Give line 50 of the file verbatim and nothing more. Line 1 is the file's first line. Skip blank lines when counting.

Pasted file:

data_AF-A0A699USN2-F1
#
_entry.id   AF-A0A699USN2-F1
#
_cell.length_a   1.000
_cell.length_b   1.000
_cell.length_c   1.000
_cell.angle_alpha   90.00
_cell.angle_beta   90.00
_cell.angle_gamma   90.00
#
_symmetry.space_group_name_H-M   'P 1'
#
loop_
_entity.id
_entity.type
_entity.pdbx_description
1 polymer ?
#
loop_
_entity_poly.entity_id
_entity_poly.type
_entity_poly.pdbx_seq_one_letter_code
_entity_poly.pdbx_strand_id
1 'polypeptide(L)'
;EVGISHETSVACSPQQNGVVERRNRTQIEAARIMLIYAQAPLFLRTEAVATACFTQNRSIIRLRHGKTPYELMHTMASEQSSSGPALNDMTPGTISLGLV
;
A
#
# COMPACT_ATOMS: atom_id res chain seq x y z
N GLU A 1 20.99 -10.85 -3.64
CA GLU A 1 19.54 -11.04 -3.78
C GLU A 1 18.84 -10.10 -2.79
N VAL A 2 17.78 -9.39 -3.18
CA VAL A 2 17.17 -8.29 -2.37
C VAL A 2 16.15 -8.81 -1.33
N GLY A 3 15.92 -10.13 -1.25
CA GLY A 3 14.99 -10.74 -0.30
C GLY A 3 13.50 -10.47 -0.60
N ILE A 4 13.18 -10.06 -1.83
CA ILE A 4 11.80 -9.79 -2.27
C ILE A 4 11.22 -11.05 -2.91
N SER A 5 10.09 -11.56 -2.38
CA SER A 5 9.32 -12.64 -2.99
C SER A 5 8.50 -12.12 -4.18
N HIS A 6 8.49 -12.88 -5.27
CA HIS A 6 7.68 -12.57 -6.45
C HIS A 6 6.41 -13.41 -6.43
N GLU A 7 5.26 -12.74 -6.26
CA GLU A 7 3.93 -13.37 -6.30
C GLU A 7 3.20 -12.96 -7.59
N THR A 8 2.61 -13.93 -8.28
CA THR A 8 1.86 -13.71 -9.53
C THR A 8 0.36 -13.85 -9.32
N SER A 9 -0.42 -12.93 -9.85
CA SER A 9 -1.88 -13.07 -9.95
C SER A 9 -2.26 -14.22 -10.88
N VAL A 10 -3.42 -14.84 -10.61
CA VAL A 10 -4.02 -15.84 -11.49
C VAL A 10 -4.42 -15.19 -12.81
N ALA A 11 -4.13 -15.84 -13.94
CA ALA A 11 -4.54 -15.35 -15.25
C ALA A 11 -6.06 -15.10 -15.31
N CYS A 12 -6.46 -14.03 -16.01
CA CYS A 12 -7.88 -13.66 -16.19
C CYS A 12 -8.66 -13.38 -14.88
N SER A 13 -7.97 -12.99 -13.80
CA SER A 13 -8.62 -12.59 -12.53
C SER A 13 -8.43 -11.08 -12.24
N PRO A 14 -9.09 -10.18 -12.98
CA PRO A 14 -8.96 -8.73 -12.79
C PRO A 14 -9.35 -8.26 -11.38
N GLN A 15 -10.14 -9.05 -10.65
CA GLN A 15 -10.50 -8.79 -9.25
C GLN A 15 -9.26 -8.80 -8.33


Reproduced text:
CA GLU A 7 3.93 -13.37 -6.30